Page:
This Court in In re Gault, 384 U.S. 1, 87 S.Ct. 1428, 18 L.Ed.2d 527 (1967), held that juveniles charged with being 'delinquents' as a result of committing a criminal act were entitled to certain constitutional safeguards—namely, notice of the issues involved, benefit of counsel, protection against compulsory self-incrimination, and confrontation of the witnesses against them. I can see no basis whatsoever in the language of the Constitution for allowing persons like appellant the benefit of those rights and yet denying them a jury trial, a right which is surely one of the fundamental aspects of criminal justice in the English-speaking world.
The Court here decides that it would not be 'appropriate' to decide this issue in light of DeStefano v. Woods, 392 U.S. 631, 88 S.Ct. 2093, 20 L.Ed.2d 1308 (1968). That case held that the Sixth Amendment right to a jury trial—made applicable to the States in Duncan v. Louisiana, 391 U.S. 145, 88 S.Ct. 1444, 20 L.Ed.2d 491 (1968)—did not apply in state proceedings held prior to May 20, 1968. Mr. Justice Douglas and I dissented in that case as we have in every case holding that constitutional decisions would take effect only from the day they were announced.4 I think this doctrine of prospective-only application is nothing less than judicial amendment of the Constitution, since it results in the Constitution's meaning one thing the day prior to a particular decision and something entirely different the next day even though the language remains the same. Under our system of government such amendments cannot constitutionally be made by judges but only by the action of Congress and the people. Depriving defendants of jury trials prior to Duncan violated the Constitution just as much as would similar deprivations after that decision, yet this Court treats these equal deprivation with clearly unequal justice. I cannot agree to such refusals to apply what appear to me to be the clear commends of the Constitution.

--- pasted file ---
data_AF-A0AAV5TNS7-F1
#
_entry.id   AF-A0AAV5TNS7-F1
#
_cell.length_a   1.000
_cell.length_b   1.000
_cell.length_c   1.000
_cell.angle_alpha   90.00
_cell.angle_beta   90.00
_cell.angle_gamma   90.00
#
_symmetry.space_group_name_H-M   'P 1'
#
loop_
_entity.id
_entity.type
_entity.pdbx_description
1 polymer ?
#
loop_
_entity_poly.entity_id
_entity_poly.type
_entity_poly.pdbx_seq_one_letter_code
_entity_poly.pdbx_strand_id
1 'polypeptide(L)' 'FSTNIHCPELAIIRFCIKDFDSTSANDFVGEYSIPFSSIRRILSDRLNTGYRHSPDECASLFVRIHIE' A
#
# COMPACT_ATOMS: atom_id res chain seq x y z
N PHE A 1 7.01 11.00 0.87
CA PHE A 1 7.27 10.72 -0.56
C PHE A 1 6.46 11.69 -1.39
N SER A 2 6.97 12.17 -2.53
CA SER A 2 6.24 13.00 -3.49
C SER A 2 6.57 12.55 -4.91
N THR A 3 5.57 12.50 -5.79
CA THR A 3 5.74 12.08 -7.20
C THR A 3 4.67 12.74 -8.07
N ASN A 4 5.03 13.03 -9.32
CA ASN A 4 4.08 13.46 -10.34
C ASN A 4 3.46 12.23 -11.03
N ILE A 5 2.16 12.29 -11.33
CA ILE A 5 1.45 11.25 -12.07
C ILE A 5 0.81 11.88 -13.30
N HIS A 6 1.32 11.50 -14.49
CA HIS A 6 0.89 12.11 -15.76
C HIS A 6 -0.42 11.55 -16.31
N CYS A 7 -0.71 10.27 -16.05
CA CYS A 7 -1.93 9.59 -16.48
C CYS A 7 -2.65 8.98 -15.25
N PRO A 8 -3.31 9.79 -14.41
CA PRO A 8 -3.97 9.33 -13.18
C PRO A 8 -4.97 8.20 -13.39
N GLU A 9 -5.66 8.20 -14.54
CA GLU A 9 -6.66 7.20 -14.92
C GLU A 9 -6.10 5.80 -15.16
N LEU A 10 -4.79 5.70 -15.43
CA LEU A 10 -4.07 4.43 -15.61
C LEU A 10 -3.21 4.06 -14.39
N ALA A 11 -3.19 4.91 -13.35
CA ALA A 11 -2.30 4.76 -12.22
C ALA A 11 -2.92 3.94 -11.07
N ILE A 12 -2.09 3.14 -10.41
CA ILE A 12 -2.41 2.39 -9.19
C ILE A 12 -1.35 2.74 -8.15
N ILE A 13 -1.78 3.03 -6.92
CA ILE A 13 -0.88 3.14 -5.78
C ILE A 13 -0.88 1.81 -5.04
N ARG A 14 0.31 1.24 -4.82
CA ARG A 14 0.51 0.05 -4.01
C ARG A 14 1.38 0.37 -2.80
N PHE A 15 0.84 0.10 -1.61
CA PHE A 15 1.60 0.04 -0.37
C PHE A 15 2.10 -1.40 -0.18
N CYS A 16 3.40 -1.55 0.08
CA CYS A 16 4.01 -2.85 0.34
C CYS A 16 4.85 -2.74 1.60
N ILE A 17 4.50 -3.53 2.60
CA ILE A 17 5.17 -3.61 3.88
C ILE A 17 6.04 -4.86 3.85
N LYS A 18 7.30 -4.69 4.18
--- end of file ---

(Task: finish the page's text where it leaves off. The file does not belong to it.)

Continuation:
Mr. Justice DOUGLAS, dissenting.
In DeStefano v. Woods, 392 U.S. 631, 635, 88 S.Ct. 2093, 2096, 20 L.Ed.2d 1308, I stated my view that the decisions in Duncan v. Louisiana, 391 U.S. 145, 88 S.Ct. 1444, 20 L.Ed.2d 491, and Bloom v. Illinois, 391 U.S. 194, 88 S.Ct. 1477, 20 L.Ed.2d 522, which guaranteed to adults in serious criminal cases and contempts the right to a trial by jury, should be given retroactive effect.* In light of this view, I am unable to join the Court's per curiam opinion in this case, holding that because appellant's juvenile court hearing was held prior to the date of the decisions in Duncan and Bloom the Court is precluded from deciding appellant's right to a jury trial.
I would reach the merits and hold that the Sixth and Fourteenth Amendments require a jury trial as a matter of right where the delinquency charged is an offense that, if the person were an adult, would be a crime triable by jury. Such is this case, for behind the facade of delinquency is the crime of forgery.
As originally conceived, the juvenile court was to be a clinic, not a court; the judge and all of the attendants were visualized as white-coated experts there to supervise, enlighten, and cure—not to punish.
These white-coated people were surrogates, so to speak, of the natural parent. As stated in one of the leading cases: